Colleen Roberts is self employed and ahs been for the past 20 years.  She received an MBA in business Administration and owns and operates Sensational Sweets Bakery in Eagle Point.  Colleen lists her three top priorities as financial responsibility, Accountability and a government based on both the United States and Oregon constitutions.  She feels the commissioners receive too much compensation and that they do not stay in touch with constituents like they should. She is a student of the constitution and admits she is “not a politician.”  “we want to take out government back.”

She is opposed to “government as usual.”  She reminded the crowd that the only thing for tyranny to prevail is for good people to do nothing, using that last statement to sum up why she is running.

Republican Doug Briedenthal  used a different approach by asking several questions of the audience.  Among those was “what does the county commissioner do?”  Briedenthal is a fireman at Kingsley Field in Klamath Falls, a union member, landowner and fire chief.  He lists a) conservative financial stewardship, b) local control of land use and c) restoring access to our natural resources.  On the latter, he says we must open up forests for logging, not just for woods jobs, but also for school support.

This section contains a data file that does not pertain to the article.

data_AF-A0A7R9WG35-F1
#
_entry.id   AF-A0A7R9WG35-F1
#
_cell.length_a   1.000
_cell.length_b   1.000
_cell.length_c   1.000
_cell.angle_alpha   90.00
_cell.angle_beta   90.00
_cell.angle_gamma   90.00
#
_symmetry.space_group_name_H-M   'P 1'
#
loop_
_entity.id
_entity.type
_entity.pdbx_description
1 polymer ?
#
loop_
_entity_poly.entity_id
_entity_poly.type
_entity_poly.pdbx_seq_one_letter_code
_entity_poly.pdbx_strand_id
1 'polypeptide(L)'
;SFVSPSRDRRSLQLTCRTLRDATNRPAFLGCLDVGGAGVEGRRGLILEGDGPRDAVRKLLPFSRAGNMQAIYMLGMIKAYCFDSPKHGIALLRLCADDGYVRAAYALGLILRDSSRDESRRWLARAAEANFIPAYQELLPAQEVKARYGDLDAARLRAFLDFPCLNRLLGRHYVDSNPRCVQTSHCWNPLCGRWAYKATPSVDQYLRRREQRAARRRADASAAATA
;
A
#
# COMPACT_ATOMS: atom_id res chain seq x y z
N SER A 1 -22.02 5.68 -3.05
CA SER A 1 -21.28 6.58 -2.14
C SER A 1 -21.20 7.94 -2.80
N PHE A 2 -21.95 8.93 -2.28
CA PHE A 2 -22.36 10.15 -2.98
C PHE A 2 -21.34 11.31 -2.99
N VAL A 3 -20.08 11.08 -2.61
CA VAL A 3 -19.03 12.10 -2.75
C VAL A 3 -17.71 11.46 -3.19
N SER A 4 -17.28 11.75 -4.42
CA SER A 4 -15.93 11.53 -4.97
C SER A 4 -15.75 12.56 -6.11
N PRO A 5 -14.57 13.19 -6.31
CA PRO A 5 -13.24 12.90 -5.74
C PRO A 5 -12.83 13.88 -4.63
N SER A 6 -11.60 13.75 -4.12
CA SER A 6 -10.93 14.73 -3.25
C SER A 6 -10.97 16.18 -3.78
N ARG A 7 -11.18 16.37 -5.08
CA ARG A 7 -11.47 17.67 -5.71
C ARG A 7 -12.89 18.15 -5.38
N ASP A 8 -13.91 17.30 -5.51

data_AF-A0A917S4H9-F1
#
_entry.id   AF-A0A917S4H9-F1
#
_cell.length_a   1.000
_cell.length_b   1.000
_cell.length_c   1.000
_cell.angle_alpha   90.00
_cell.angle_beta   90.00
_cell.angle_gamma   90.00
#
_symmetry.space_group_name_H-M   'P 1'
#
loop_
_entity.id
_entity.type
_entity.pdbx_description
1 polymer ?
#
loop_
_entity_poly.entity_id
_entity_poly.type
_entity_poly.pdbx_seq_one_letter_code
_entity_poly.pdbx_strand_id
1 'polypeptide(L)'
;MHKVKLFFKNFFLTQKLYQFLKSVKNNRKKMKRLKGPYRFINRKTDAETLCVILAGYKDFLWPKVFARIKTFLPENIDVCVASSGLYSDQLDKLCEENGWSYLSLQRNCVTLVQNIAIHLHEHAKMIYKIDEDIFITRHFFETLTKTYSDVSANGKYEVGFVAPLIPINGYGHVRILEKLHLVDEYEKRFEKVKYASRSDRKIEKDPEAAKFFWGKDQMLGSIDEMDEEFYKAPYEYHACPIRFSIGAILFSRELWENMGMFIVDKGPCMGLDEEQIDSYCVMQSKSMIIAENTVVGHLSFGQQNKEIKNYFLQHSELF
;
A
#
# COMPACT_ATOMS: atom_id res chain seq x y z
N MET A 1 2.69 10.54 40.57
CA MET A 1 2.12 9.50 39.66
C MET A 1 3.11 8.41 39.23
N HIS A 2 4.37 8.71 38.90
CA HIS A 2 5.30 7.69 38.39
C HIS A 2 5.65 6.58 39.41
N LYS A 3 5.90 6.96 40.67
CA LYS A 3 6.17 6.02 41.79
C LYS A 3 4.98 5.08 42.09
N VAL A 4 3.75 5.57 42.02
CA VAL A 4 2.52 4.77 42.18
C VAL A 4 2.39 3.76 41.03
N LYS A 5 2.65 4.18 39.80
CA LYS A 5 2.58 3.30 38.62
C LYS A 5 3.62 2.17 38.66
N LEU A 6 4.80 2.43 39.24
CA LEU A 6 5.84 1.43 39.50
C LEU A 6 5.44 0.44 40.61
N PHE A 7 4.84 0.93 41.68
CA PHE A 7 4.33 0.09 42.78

Joel Ockunzzi is in the real estate business and prior to moving to the rogue Valley in was involved in building business relationships for more than 40 years.  He works with Oregon Opportunities and is a member of the Jackson County Planning Commission.  His list includes regional problem solving, Local land use regulations and encouraging business to locate in the Rogue Valley.  Ockunzzi feels he ahs the most experience in management and has a large amount of experience in land use planning.